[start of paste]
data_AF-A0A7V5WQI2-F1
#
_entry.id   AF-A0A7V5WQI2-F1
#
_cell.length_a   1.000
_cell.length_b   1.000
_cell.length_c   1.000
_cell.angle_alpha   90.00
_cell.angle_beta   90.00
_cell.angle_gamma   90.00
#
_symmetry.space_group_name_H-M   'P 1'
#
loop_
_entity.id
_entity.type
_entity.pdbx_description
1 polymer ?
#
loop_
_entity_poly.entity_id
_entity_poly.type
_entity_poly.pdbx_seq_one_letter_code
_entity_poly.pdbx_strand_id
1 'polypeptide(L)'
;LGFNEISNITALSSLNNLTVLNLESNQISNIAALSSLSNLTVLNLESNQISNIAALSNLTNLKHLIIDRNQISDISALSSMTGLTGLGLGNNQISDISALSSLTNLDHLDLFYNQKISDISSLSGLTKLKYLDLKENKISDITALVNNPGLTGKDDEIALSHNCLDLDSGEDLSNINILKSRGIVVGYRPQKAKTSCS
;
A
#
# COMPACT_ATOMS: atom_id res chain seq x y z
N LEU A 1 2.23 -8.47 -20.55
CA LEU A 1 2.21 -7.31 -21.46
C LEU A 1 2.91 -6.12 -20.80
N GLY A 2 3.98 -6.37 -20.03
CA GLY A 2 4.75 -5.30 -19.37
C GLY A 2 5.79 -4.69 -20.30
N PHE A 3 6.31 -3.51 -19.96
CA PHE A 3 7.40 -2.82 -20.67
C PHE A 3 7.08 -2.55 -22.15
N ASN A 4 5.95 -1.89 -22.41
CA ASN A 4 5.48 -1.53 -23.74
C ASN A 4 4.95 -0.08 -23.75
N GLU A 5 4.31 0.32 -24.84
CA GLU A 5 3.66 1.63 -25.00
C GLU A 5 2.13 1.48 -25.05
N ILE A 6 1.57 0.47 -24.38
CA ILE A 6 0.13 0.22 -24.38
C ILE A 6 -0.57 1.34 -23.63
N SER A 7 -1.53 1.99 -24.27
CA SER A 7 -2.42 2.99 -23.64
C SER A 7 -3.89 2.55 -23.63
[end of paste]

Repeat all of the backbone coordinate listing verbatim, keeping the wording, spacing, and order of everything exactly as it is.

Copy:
data_AF-A0A7V5WQI2-F1
#
_entry.id   AF-A0A7V5WQI2-F1
#
_cell.length_a   1.000
_cell.length_b   1.000
_cell.length_c   1.000
_cell.angle_alpha   90.00
_cell.angle_beta   90.00
_cell.angle_gamma   90.00
#
_symmetry.space_group_name_H-M   'P 1'
#
loop_
_entity.id
_entity.type
_entity.pdbx_description
1 polymer ?
#
loop_
_entity_poly.entity_id
_entity_poly.type
_entity_poly.pdbx_seq_one_letter_code
_entity_poly.pdbx_strand_id
1 'polypeptide(L)'
;LGFNEISNITALSSLNNLTVLNLESNQISNIAALSSLSNLTVLNLESNQISNIAALSNLTNLKHLIIDRNQISDISALSSMTGLTGLGLGNNQISDISALSSLTNLDHLDLFYNQKISDISSLSGLTKLKYLDLKENKISDITALVNNPGLTGKDDEIALSHNCLDLDSGEDLSNINILKSRGIVVGYRPQKAKTSCS
;
A
#
# COMPACT_ATOMS: atom_id res chain seq x y z
N LEU A 1 2.23 -8.47 -20.55
CA LEU A 1 2.21 -7.31 -21.46
C LEU A 1 2.91 -6.12 -20.80
N GLY A 2 3.98 -6.37 -20.03
CA GLY A 2 4.75 -5.30 -19.37
C GLY A 2 5.79 -4.69 -20.30
N PHE A 3 6.31 -3.51 -19.96
CA PHE A 3 7.40 -2.82 -20.67
C PHE A 3 7.08 -2.55 -22.15
N ASN A 4 5.95 -1.89 -22.41
CA ASN A 4 5.48 -1.53 -23.74
C ASN A 4 4.95 -0.08 -23.75
N GLU A 5 4.31 0.32 -24.84
CA GLU A 5 3.66 1.63 -25.00
C GLU A 5 2.13 1.48 -25.05
N ILE A 6 1.57 0.47 -24.38
CA ILE A 6 0.13 0.22 -24.38
C ILE A 6 -0.57 1.34 -23.63
N SER A 7 -1.53 1.99 -24.27
CA SER A 7 -2.42 2.99 -23.64
C SER A 7 -3.89 2.55 -23.63